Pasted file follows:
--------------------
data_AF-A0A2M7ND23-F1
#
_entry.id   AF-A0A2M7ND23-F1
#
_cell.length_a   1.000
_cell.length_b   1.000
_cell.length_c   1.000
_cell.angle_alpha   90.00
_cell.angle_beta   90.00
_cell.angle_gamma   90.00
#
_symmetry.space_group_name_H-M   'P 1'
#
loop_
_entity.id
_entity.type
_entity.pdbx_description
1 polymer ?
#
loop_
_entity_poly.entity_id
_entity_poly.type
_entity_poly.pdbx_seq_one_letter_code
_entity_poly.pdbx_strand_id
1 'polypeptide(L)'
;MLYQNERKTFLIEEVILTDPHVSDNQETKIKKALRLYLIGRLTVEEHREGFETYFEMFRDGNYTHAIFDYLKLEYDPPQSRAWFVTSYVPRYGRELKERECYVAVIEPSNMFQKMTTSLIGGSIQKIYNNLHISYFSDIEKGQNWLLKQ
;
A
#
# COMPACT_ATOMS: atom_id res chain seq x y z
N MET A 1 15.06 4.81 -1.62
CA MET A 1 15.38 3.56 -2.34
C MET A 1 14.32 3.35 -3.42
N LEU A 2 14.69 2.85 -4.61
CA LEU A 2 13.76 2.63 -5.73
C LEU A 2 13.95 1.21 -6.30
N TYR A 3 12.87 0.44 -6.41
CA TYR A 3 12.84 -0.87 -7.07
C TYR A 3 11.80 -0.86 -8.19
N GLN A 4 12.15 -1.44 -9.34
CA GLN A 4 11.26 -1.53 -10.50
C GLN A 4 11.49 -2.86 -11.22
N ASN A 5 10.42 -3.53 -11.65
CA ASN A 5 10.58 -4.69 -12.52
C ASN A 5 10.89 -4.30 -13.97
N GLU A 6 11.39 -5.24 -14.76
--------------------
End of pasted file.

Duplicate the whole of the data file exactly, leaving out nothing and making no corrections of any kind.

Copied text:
data_AF-A0A2M7ND23-F1
#
_entry.id   AF-A0A2M7ND23-F1
#
_cell.length_a   1.000
_cell.length_b   1.000
_cell.length_c   1.000
_cell.angle_alpha   90.00
_cell.angle_beta   90.00
_cell.angle_gamma   90.00
#
_symmetry.space_group_name_H-M   'P 1'
#
loop_
_entity.id
_entity.type
_entity.pdbx_description
1 polymer ?
#
loop_
_entity_poly.entity_id
_entity_poly.type
_entity_poly.pdbx_seq_one_letter_code
_entity_poly.pdbx_strand_id
1 'polypeptide(L)'
;MLYQNERKTFLIEEVILTDPHVSDNQETKIKKALRLYLIGRLTVEEHREGFETYFEMFRDGNYTHAIFDYLKLEYDPPQSRAWFVTSYVPRYGRELKERECYVAVIEPSNMFQKMTTSLIGGSIQKIYNNLHISYFSDIEKGQNWLLKQ
;
A
#
# COMPACT_ATOMS: atom_id res chain seq x y z
N MET A 1 15.06 4.81 -1.62
CA MET A 1 15.38 3.56 -2.34
C MET A 1 14.32 3.35 -3.42
N LEU A 2 14.69 2.85 -4.61
CA LEU A 2 13.76 2.63 -5.73
C LEU A 2 13.95 1.21 -6.30
N TYR A 3 12.87 0.44 -6.41
CA TYR A 3 12.84 -0.87 -7.07
C TYR A 3 11.80 -0.86 -8.19
N GLN A 4 12.15 -1.44 -9.34
CA GLN A 4 11.26 -1.53 -10.50
C GLN A 4 11.49 -2.86 -11.22
N ASN A 5 10.42 -3.53 -11.65
CA ASN A 5 10.58 -4.69 -12.52
C ASN A 5 10.89 -4.30 -13.97
N GLU A 6 11.39 -5.24 -14.76